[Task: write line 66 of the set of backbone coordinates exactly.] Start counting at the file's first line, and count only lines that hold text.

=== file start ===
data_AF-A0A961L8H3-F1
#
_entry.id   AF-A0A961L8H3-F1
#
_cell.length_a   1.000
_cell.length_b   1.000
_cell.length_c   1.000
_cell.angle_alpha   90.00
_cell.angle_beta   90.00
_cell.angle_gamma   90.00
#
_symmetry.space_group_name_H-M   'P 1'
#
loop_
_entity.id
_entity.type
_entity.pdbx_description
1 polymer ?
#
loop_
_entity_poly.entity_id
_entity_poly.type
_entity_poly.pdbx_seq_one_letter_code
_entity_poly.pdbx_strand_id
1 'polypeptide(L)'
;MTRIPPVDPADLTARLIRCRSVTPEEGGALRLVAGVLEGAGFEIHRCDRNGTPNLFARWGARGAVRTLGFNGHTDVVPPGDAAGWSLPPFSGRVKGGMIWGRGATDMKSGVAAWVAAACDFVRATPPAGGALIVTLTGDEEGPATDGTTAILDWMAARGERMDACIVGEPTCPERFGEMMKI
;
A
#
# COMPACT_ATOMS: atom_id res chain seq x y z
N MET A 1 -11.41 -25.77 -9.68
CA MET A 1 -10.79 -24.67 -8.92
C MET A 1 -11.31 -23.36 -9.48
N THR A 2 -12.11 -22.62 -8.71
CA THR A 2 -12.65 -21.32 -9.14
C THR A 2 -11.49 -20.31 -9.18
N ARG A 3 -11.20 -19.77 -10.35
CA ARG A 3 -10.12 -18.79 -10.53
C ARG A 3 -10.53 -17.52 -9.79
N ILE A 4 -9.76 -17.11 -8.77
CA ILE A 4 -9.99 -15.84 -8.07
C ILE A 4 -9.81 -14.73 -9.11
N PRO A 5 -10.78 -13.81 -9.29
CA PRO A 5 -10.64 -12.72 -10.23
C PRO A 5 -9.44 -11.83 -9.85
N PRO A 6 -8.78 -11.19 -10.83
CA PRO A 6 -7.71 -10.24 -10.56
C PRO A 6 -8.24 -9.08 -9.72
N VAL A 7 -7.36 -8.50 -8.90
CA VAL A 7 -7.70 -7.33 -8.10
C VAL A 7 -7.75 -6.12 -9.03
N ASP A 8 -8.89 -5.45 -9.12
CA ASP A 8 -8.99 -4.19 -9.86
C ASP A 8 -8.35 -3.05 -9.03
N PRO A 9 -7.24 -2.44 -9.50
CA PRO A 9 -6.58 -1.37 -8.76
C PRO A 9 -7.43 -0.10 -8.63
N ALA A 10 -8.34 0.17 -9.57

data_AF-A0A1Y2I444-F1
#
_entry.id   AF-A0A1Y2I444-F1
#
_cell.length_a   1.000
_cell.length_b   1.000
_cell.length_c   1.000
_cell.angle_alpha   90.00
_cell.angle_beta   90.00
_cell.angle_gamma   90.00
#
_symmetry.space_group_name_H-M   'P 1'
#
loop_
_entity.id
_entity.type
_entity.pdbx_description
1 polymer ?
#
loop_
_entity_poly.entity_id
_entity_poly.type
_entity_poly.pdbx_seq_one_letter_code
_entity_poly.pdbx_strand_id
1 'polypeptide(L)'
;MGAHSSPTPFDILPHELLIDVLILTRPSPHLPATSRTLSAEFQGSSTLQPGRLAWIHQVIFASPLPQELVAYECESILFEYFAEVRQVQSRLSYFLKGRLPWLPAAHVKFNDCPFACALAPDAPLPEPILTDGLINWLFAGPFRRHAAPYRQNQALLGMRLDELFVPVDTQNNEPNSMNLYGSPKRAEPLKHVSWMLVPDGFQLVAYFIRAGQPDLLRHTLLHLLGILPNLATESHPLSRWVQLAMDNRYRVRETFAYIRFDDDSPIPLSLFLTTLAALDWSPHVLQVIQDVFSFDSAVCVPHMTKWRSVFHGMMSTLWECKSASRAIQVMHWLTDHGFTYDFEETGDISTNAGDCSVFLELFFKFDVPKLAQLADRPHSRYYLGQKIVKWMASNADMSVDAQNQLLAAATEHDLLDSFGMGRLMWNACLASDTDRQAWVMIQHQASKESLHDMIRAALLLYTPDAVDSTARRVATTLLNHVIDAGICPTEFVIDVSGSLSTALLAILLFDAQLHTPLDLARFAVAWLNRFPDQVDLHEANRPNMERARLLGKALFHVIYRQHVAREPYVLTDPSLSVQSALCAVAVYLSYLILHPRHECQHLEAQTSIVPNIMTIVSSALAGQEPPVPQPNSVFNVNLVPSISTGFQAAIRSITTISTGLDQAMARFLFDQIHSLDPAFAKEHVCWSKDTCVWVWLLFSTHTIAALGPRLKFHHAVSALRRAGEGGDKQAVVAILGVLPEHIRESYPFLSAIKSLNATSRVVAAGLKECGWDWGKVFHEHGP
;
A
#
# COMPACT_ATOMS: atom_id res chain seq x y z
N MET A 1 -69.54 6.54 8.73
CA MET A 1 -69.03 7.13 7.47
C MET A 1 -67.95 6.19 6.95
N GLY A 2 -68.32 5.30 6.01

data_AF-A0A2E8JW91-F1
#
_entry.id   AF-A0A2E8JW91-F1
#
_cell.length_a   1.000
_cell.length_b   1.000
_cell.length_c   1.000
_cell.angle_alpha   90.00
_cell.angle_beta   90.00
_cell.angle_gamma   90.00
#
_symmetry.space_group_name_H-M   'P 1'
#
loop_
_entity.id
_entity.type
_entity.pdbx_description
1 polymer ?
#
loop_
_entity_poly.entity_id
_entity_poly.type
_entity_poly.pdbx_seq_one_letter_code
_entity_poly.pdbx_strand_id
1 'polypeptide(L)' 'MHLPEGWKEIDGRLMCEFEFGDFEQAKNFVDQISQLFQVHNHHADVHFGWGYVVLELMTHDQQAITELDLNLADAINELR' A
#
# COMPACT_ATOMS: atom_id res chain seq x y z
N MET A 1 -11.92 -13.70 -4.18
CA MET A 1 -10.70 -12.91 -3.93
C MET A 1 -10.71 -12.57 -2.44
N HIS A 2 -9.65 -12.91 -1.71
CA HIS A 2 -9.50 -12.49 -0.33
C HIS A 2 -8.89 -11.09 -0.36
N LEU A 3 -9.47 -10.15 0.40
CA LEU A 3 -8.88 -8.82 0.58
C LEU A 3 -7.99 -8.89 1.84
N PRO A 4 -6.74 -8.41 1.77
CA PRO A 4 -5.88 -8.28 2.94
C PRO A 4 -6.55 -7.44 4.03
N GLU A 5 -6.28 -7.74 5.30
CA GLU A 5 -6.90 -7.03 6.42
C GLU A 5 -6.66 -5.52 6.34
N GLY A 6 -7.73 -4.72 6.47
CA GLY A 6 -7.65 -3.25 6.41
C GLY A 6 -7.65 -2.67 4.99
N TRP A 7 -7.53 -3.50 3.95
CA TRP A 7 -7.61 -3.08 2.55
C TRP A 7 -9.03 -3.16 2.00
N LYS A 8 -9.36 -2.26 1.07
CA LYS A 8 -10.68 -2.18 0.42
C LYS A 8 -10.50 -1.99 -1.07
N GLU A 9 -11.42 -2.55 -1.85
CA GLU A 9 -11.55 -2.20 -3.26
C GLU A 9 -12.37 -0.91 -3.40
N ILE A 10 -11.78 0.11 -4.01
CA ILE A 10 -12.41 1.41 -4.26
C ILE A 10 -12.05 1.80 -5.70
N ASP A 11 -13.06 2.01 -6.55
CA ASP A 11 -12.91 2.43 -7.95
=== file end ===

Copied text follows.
_cell.angle_alpha   90.00